Friday, April 19 2019

VietNamNews

Việt Nam bans weed killer ingredient glyphosate

Update: April, 11/2019 - 10:34

 

A farmer sprays plant protection chemicals. — VNA/VNS Photo

HÀ NỘI — The Ministry of Agriculture and Rural Development yesterday banned the use of glyphosate, an active ingredient in many weed controls.

The ministry’s Plant Protection Department said the ban was made in line with Vietnamese laws and international regulations as well as with the country’s socio-economic conditions.

The International Agency for Research on Cancer and other research institutes classified glyphosate as “probably carcinogenic to humans”, according to the department.

Glyphosate has been widely used worldwide for its high efficiency in weed controls over 40 years. In Việt Nam, the ingredient was registered for use in 1994 and since then, 104 commercial products containing glyphosate have been registered.

In April 2016, the ministry halted new registrations of the substance in the country and collected information and scientific facts relating to the use of the ingredients’ on people’s health and the environment. 

In response to the ministry’s move, Bayer, a science company, said in a statement yesterday that the US Environmental Protection Agency (EPA), European Food Safety Authority (EFSA) and regulatory authorities in Canada, Japan, Australia, Korea, Brazil, and elsewhere routinely review all approved pesticide products and have not found evidence that glyphosate is carcinogenic.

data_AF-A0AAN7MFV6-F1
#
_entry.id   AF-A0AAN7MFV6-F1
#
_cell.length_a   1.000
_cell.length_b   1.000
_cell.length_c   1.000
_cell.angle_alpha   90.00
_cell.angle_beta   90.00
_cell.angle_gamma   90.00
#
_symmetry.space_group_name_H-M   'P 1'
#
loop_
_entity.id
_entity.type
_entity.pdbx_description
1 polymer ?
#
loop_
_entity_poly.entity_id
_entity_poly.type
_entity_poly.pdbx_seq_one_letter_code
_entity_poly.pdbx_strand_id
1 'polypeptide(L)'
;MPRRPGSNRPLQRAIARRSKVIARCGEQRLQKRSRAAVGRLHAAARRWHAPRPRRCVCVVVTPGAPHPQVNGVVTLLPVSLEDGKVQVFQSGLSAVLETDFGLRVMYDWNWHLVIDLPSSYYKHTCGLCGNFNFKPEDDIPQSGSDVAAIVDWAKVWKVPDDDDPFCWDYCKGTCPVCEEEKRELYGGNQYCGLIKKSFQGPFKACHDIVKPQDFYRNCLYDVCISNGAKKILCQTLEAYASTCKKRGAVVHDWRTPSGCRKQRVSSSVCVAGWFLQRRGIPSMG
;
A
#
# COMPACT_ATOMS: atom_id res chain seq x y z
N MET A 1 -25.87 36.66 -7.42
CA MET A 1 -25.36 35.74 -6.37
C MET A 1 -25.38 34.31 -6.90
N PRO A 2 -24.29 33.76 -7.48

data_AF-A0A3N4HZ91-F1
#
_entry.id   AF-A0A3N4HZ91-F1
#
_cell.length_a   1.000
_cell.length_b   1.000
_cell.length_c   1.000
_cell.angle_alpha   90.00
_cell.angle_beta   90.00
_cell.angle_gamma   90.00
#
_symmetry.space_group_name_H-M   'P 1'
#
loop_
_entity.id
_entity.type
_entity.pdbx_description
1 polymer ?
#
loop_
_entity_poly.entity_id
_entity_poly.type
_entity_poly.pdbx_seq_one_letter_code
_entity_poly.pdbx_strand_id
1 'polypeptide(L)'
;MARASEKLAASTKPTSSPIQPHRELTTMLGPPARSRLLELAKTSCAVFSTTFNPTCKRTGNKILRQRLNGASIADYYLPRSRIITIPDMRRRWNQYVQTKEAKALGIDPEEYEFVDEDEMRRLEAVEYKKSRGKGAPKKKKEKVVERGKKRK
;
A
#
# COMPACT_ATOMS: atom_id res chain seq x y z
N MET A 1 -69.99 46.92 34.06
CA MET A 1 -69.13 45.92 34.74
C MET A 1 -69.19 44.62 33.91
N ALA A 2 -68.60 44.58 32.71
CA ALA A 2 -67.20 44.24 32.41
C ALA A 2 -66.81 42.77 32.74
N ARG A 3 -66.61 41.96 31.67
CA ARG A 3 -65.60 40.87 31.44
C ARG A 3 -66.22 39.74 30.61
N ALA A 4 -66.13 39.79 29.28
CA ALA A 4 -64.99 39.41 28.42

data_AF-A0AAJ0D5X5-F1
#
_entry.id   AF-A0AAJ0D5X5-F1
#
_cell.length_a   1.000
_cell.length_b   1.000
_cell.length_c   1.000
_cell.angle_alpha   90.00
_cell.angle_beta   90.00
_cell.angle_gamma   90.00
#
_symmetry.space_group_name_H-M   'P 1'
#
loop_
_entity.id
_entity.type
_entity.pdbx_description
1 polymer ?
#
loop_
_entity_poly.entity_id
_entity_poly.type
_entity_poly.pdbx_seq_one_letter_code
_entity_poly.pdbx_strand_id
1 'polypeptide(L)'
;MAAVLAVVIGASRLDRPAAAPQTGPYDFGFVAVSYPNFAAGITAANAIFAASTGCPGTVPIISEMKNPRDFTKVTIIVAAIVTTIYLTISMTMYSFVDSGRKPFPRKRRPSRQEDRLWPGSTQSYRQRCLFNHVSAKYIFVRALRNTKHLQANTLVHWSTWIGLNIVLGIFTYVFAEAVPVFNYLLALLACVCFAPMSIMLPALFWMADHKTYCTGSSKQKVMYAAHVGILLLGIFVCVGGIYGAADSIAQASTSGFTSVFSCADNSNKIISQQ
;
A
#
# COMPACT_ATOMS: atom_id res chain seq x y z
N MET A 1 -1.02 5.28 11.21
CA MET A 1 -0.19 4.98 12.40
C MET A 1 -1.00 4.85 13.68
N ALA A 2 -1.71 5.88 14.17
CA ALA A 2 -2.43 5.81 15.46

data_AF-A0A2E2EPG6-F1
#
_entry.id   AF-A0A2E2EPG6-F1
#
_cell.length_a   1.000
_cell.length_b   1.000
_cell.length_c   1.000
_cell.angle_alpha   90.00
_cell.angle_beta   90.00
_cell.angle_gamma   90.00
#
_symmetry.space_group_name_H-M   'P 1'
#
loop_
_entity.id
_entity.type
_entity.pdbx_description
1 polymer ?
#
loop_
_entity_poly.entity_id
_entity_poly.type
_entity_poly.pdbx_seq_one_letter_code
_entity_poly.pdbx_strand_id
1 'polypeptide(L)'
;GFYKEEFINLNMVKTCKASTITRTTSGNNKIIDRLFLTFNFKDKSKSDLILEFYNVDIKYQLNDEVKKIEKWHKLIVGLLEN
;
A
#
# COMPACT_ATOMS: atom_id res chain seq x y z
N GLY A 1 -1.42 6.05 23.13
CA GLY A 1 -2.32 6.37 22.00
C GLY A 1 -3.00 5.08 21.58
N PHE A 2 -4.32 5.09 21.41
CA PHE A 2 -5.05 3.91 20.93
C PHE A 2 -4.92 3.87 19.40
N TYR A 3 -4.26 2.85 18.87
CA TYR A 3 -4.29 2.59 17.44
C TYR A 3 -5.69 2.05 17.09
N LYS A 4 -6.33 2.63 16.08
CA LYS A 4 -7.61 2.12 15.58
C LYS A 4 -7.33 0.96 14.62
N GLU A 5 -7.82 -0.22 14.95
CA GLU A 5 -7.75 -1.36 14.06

Bayer said it was not aware of any new scientific assessment undertaken by the Government on which the decision was based.

The company said the decision was reportedly driven by developments in litigation taking place in the US and this litigation does not change the extensive science and conclusions of regulators worldwide that support the safety of glyphosate-based herbicides, it said.

The company also mentioned that Sri Lanka had imposed a glyphosate ban in 2015. However, the ban was reversed on tea and rubber in 2018 after local farmers became vocal about the huge economic impact and irreparable harm to their businesses. — VNS

 

 


 

 

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